With the release of his debut album Apolonio and the launch of his Disha Hot sauce, the singer is serving bold love anthems and condiments alike.

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Omar Apollo and Dish Hot Sauce
Credit: Disha Hot

Omar Apollo is on fire. Following the release of his critically-acclaimed debut album Apolonio during the pandemic, the 24-year-old singer-songwriter has emerged poised for stardom. Last week, he announced dates for his nationwide Desvelado Tour — including stops at Bonnaroo, Lollapalooza, and Austin City Limits — and on July 8, he dropped a new single, "Go Away". Somehow, he also found time to release his very own small-batch hot sauce, Disha Hot, earlier this year. 

Born Omar Apolonius Velasco, Apollo blew up in 2017 after posting a homemade track, "Ugotme," on Spotify, then waking up to thousands of streams. Since then, he's become known for a distinctive genre-blurring sound that fuses funk and R&B with a subtle Spanglish sensibility that nods to his Mexican roots. On Apolonio, he pushes this sound further with "Dos Uno Nueve," an energetic Spanish-language track that takes the narrative format of Mexico's traditional corrido tunes. 

"I've always been influenced by how I grew up," explains Apollo. "Being Mexican-Amerian, my parents still had the culture, the language, the foods, the traditions, and the holidays. That was passed on to me, my brother, and sister. Everyone in my family loves spicy food, you know, we love being at the table breathing hard cause it's so hot. When everyone's sweating a little." 

Wth the launch of Disha Hot, Apollo brings this cultural lens from the recording studio to the kitchen. The sauce — a classic, versatile hot sauce-salsa hybrid made with tomatillo, cilantro, lime, and smoky chile de árbol — is a personal family recipe passed down from his parents, immigrants from Guadalajara who ran a Mexican restaurant called El Super Taco in Indiana in the '90s. We caught up with Apollo to learn more about this foray into the condiment game. 

What was the a-ha moment when you decided to create Disha Hot? 

Well I've always wanted to try other businesses besides music. It just came to me when we were on tour in the UK. We were on the sprinter van and I just said I was going to make hot sauce. I'm really passionate about hot sauces — I have so many at home, like six or seven at a time. 

So what happened next? How did you decide to use your parents' recipe? 

We called in tons of samples from big hot sauce vendors, but I wasn't feeling them. So I knew it had to be a family recipe. So I called up my mom and she sent over three or four of her recipes, and then we made them, took notes, and kept changing things until we got the perfect formula. The most important thing for me was to make something that I would have had in my house growing up.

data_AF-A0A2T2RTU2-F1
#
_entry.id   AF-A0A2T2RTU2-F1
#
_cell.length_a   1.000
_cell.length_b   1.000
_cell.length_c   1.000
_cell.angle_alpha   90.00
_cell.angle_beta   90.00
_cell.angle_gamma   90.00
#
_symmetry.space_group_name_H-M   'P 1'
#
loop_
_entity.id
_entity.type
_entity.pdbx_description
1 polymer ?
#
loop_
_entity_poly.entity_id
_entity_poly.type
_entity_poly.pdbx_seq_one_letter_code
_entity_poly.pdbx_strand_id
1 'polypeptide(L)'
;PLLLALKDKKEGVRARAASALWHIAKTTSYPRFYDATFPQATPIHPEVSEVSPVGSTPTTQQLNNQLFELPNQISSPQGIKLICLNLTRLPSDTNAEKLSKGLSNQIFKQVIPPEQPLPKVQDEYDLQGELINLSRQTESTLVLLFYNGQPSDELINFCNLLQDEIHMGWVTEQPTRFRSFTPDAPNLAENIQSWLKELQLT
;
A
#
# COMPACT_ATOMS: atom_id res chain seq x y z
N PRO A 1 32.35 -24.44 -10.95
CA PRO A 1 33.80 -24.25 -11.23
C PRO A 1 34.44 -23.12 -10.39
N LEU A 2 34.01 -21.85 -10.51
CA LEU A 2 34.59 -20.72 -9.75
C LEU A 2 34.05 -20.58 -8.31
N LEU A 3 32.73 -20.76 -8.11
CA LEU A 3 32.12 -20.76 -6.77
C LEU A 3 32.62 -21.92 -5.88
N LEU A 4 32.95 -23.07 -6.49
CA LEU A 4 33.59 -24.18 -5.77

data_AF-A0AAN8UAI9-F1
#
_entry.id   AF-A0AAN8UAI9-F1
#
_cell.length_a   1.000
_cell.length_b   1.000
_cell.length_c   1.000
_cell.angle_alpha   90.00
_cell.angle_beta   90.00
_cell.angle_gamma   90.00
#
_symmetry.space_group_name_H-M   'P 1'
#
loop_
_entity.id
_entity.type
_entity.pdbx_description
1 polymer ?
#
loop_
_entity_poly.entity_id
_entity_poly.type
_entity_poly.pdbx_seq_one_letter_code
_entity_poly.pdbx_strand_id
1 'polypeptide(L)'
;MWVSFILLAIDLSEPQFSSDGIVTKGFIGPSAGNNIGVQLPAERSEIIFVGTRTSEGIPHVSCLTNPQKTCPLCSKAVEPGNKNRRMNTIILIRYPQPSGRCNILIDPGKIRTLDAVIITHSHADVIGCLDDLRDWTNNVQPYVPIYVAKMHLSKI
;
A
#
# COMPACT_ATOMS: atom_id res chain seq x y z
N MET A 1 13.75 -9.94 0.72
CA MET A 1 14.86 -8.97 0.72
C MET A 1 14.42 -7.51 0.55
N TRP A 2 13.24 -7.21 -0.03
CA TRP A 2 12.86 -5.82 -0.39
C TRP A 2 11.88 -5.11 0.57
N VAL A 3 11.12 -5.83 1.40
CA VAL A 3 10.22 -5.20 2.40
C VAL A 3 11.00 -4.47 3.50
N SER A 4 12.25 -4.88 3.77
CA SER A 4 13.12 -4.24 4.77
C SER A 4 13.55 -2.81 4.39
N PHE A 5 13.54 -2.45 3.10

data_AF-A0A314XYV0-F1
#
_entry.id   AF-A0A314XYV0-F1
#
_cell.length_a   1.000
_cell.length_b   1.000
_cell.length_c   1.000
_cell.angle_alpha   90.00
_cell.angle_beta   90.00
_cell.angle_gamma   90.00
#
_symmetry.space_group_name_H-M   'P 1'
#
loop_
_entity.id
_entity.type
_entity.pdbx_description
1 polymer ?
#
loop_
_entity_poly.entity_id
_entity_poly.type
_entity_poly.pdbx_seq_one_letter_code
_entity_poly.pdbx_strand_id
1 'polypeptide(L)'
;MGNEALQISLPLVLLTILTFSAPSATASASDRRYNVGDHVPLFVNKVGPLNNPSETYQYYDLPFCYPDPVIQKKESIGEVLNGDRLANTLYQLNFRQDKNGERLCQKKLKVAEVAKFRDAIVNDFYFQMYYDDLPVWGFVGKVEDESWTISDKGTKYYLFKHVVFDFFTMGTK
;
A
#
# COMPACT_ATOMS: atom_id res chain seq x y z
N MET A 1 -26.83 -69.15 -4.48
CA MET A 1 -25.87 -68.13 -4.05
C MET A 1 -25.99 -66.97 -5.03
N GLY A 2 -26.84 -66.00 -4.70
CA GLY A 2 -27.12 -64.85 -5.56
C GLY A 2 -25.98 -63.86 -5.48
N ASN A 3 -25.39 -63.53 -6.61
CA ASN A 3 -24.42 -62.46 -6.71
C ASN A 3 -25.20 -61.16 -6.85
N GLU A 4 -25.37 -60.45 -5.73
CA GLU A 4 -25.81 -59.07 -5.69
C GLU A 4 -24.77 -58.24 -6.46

What are some of the key ingredients? 

Definitely the roasted tomatillos, and the cilantro. It's a hot sauce, but also a salsa. So it's got a little heat but plenty of flavor. 

And the meaning behind the name Disha Hot?

It's just like "this shit hot," haha. 

What was your earliest memory of hot sauce? 

I was introduced to hot sauce when I was probably two or three. As a little kid, I was always eating hot chips and spicy food. My parents made hot sauces at home, with peppers they grow, using a molcajete to smash them. They would make all different spice levels. We wouldn't really eat out because they'd cook all the time. 

Your parents both worked in restaurants, right? 

When they first came over, my dad worked in a restaurant where he learned how to make American food. He's pretty skilled at that because he was doing it for so long. My mom knew all the Mexican recipes she learned from my grandma — she could make it all from scratch. When they figured out how to get a loan from the bank, they opened their own restaurant called El Super Taco. They were known for their tacos. They closed it when I was born—too many kids and it wasn't making enough money. That's why I'm keeping it alive with the hot sauce, and that's why the label has a picture of a mom and a little baby. Because she had to take care of her kids. 

How do they feel about the sauce? What's been the reaction?

They're really happy about it. They're happy that people are getting it. Their friends back home are buying it and talking about it. It's just pretty cool. They're pretty excited about anything that we do, really supportive. 

What are some of your favorite restaurants in LA? 

I'm really into Japanese food right now. There's a vegan sushi spot called Shojin. And Katsu-Ya in Studio City. 

How do you eat Disha Hot? 

On eggs and toast in the morning, on chicken, on rice. You can put it on anything, even your little tuna salad or whatever. It makes everything taste better.